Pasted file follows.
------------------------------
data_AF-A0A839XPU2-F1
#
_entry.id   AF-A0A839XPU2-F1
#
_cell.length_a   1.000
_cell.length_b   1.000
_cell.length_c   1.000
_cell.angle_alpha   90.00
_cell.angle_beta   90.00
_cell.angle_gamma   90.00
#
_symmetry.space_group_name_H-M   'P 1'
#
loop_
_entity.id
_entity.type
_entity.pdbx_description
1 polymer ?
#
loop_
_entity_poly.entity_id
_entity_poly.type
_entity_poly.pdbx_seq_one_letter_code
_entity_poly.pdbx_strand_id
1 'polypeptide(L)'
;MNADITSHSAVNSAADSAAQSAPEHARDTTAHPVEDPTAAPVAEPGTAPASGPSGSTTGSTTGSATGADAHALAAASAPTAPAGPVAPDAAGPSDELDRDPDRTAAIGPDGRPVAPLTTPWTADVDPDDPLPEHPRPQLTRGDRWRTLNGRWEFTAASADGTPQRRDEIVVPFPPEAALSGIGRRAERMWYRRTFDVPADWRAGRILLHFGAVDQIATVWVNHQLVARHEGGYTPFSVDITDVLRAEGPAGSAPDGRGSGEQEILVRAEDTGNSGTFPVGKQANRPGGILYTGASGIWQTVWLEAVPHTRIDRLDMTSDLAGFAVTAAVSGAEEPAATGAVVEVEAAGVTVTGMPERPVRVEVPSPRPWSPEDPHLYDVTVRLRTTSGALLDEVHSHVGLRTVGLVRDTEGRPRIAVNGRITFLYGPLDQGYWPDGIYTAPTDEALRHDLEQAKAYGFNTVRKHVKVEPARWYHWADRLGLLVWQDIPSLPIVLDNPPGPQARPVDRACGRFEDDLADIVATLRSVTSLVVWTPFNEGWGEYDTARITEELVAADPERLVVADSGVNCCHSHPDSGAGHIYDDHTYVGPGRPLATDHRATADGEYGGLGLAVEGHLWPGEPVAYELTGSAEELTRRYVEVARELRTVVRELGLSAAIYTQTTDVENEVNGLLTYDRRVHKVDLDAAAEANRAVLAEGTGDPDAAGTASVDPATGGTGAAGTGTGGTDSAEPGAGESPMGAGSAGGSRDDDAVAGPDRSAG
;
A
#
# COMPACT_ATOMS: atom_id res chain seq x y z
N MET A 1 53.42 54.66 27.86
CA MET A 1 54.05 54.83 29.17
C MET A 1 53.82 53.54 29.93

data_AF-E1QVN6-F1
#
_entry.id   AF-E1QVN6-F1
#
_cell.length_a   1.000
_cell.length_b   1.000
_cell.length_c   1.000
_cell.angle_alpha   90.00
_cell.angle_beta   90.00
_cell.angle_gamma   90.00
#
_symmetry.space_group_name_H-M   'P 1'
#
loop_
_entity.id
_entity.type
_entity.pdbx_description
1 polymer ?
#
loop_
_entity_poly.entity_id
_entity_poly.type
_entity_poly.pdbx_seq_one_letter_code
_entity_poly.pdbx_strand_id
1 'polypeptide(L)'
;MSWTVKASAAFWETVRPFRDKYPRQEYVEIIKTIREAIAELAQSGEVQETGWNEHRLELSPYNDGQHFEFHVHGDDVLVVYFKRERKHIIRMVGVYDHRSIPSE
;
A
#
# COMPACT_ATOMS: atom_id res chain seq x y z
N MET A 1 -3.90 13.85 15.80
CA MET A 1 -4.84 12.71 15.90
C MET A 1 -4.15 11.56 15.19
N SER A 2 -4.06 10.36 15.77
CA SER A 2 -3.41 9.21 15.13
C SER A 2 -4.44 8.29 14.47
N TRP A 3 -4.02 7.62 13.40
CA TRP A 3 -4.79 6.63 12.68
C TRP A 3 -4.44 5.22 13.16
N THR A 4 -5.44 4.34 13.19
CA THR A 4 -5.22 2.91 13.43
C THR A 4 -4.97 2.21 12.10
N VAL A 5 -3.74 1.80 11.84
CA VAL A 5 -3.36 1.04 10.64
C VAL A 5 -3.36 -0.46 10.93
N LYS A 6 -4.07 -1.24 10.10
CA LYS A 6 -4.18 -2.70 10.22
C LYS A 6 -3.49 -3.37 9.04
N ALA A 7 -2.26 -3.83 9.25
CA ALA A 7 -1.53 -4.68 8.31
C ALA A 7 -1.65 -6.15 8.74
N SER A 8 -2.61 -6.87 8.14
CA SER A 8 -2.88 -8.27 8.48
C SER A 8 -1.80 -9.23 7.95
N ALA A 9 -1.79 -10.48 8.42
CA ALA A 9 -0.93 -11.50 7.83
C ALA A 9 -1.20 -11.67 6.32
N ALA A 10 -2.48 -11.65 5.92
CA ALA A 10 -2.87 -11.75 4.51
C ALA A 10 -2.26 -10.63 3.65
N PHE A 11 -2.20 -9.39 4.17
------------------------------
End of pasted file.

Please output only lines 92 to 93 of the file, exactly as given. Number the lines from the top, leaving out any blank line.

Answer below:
CA ALA A 10 -2.87 -11.75 4.51
C ALA A 10 -2.26 -10.63 3.65